A student commented after a recent class: “You talk to us about how we are sharing energy with our breath. I’ve never really understood what you meant. I think I get it now. I noticed today that the studio feels different after class. Energetically. It feels different. That’s so cool!”
Yep. I agree. A group practice does something to us, individually and collectively. (I’m sure there’s a scientific reason for this, and I’ll leave that explanation to the experts.) I often experience the connections between our physical and subtle bodies, the energy within and around us, and the bonds that energy creates.
Many of us come to our mats to feel more grounded and connect at a deeper level – within ourselves, with others, with the Universe. Many of us come to feel the strength of our bodies and spirits through poses (asana.) While the asana is an important part of yoga, it’s the breath that’s the common thread of our connectedness. We’ve been using a guided meditation in our studio lately which includes visualizing each of our inhales as drawing the energy up from the earth and each exhale as sending it back to the place where that energy will intermingle with that of others. I can feel the exchange of energy in the studio. But, never have I felt that exchange as profoundly as I feel it today.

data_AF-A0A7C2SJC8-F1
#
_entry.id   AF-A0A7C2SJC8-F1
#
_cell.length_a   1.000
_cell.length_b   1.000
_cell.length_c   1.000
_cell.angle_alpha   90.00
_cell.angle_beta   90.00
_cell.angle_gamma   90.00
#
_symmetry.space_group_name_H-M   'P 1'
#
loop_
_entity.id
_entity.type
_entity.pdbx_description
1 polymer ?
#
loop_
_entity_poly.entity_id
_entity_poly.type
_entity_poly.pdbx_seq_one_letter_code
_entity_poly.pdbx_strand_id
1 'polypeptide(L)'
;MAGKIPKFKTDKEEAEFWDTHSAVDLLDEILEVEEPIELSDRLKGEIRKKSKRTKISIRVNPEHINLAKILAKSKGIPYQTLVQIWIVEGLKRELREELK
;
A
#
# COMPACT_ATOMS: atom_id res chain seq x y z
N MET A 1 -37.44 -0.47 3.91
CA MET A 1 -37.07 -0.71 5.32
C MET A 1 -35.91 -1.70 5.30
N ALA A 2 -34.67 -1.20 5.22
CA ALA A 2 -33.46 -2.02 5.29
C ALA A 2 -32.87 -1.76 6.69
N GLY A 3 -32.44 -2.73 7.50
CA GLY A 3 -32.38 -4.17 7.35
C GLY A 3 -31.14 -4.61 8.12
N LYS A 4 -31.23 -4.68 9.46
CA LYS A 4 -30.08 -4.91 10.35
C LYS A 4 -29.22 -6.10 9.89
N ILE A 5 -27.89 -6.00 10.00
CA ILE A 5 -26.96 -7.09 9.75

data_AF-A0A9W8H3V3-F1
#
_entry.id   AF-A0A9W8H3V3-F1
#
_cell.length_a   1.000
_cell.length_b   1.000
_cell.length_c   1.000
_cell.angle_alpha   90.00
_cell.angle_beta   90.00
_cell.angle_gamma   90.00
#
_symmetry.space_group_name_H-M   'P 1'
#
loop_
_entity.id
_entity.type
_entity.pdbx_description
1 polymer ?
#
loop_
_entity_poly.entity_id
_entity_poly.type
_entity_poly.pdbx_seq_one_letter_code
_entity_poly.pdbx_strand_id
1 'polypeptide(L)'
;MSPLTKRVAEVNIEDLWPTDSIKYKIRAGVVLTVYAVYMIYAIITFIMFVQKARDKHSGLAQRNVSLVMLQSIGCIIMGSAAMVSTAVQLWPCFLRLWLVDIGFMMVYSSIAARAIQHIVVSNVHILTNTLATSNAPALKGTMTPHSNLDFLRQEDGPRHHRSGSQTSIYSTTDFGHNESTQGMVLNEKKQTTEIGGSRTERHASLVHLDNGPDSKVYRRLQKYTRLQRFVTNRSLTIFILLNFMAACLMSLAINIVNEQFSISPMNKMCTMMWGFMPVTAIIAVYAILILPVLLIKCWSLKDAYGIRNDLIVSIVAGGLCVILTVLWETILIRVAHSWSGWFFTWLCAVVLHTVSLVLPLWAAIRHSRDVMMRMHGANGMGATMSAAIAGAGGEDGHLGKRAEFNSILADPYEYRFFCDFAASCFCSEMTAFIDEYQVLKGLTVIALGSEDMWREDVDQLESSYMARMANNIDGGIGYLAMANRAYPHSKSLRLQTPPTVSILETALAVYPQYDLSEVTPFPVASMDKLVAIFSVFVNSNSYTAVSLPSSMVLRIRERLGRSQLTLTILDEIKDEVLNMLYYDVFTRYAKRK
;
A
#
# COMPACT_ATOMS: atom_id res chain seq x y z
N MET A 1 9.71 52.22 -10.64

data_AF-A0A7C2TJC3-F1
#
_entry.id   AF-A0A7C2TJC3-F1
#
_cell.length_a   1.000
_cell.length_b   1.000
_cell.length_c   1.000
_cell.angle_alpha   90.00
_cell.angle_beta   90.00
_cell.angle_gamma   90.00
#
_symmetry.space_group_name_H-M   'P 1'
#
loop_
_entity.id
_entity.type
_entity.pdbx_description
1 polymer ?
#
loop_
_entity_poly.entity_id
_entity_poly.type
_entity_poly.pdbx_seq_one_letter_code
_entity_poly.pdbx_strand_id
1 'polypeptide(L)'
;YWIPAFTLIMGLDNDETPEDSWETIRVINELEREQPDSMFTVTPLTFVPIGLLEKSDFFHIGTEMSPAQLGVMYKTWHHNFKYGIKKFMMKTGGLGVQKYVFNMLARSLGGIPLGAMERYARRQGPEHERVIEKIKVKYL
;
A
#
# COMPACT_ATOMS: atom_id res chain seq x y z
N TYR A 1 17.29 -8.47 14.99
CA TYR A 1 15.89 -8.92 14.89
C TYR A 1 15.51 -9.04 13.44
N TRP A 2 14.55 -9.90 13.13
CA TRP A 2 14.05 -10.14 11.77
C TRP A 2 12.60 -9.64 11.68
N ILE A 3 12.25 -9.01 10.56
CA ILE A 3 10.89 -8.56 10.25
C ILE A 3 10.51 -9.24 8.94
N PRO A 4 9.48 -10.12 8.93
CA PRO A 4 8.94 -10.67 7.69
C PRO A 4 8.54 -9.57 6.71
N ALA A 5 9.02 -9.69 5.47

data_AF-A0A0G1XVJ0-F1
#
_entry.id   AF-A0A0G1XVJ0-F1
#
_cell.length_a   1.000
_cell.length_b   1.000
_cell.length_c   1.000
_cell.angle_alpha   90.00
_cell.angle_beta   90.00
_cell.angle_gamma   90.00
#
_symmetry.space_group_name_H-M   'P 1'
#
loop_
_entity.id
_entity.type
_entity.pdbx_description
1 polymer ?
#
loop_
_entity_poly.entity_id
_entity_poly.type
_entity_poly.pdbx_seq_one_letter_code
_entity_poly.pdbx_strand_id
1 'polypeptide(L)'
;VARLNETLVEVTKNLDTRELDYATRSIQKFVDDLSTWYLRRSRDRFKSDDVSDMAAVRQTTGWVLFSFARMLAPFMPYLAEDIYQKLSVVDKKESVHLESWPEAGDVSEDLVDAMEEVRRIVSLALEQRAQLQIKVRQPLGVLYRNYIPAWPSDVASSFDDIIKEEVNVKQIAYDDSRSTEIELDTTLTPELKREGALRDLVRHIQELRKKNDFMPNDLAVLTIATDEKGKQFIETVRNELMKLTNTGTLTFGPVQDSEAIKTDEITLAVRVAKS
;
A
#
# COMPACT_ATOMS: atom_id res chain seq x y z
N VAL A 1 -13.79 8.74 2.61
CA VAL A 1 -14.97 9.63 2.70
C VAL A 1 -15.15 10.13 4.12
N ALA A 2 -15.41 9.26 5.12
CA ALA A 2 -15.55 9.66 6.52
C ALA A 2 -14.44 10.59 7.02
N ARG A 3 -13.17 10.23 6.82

As I write this, I’m sitting next to my father-in-law, who is not far from taking his last breath. His breathing is labored, yet rhythmic, and much faster than my own breathing. We sit in community, exchanging energy, up to his last minutes. I am surprised at the gifts he is giving me during his final hours. I can feel his remaining energy; I can stay connected with him through his breath. I am aware that, soon, his breath will stop and I will miss him. I am also aware that there are others to pick up where he leaves off. My community, my tribe, whose breath will connect with mine as we continue to lift each other up in our yoga practices and in our lives.
For that I am extremely grateful.
*Thích Nhất Hạnh is a Vietnamese Buddhist monk, teacher, author, poet and peace activist.